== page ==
Measuring Attitudes of Vietnamese Parents and Students to Schooling

Year: 2003

Author: Cuc, Nguyen Thi Kim, Griffin, Patrick

Type of paper: Abstract refereed

The attitudes of parents and students towards schooling are often considered to be important factors associated with students’ educational outcomes. To evaluate the extent to which attitudes influenced students’ outcomes, it was important to have appropriate measures of attitudes. Up to date in Vietnam, parents and students’ attitudes have generally been assessed by one item asking how they felt about school. This paper presents the process of constructing and calibrating two scales to measure the attitudes of students and parents, and then linking these two scales to compare the two groups.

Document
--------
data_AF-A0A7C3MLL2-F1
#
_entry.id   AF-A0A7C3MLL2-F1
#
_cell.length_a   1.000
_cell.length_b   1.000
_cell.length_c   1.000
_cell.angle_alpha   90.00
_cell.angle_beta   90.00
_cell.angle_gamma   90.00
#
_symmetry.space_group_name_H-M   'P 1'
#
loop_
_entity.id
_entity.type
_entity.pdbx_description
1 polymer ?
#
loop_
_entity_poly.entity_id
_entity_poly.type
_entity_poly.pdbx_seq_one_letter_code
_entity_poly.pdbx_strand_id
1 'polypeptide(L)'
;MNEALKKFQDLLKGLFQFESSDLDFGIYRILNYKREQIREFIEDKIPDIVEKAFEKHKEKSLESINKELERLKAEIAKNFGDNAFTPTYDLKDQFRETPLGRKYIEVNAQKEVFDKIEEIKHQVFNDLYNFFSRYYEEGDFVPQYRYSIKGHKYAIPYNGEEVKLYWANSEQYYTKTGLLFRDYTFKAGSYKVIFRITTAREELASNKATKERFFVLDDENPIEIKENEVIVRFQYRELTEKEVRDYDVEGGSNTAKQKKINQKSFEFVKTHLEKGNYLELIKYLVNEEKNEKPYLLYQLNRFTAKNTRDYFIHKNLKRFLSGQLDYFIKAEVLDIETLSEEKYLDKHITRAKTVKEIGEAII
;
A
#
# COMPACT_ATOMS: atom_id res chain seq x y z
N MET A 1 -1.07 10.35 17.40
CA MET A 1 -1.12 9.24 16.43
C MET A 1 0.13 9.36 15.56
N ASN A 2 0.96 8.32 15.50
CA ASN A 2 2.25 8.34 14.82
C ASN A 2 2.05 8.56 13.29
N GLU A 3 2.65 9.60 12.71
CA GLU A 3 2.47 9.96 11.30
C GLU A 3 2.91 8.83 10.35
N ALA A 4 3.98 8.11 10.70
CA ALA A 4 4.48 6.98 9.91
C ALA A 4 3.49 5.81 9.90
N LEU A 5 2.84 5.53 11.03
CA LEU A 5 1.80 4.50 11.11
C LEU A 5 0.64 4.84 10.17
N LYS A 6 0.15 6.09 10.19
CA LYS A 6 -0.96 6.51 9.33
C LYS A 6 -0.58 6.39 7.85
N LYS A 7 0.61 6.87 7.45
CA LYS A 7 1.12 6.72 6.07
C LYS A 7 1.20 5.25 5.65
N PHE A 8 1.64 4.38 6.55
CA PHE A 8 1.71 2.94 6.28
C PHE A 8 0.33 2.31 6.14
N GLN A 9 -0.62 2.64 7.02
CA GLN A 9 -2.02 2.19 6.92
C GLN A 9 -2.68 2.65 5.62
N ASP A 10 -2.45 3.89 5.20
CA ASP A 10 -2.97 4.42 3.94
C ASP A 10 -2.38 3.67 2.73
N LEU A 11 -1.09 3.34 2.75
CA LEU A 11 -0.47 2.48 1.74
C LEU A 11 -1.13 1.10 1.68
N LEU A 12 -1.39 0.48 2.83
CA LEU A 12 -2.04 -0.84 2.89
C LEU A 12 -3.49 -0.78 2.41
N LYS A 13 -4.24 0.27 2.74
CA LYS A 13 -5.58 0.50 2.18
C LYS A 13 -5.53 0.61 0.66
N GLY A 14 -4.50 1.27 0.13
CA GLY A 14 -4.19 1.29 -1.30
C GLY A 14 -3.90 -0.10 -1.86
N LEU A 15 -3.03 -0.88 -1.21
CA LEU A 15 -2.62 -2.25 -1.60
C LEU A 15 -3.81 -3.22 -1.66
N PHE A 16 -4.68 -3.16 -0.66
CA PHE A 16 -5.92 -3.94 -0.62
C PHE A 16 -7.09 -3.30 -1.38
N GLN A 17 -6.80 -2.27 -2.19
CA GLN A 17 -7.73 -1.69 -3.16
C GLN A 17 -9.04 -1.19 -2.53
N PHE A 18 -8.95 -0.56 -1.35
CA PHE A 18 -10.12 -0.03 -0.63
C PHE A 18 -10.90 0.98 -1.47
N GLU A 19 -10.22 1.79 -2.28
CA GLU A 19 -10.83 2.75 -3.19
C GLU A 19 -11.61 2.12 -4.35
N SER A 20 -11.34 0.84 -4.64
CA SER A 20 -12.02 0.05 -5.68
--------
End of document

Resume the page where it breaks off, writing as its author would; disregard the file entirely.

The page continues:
Previous research in Vietnam supported the proposition that development and opportunity were important aspects that parents and young people valued and expected from education. Therefore, to measure attitudes to schooling, a set of items which covered both development and opportunity aspects of education was designed. After the items were trialled, a final version of the 13 items was compiled. The two scales were shown to have logical, face, content and construct validity. Parents and students surveyed can be grouped into five levels of attitudes: “negative”, “development”, “strong belief in development”, “opportunities” and “positive”. The proportions of parents and students included in each level were different, but these differences were minor. The similarity in response to each item added weight to the argument that the two constructed scales were valid.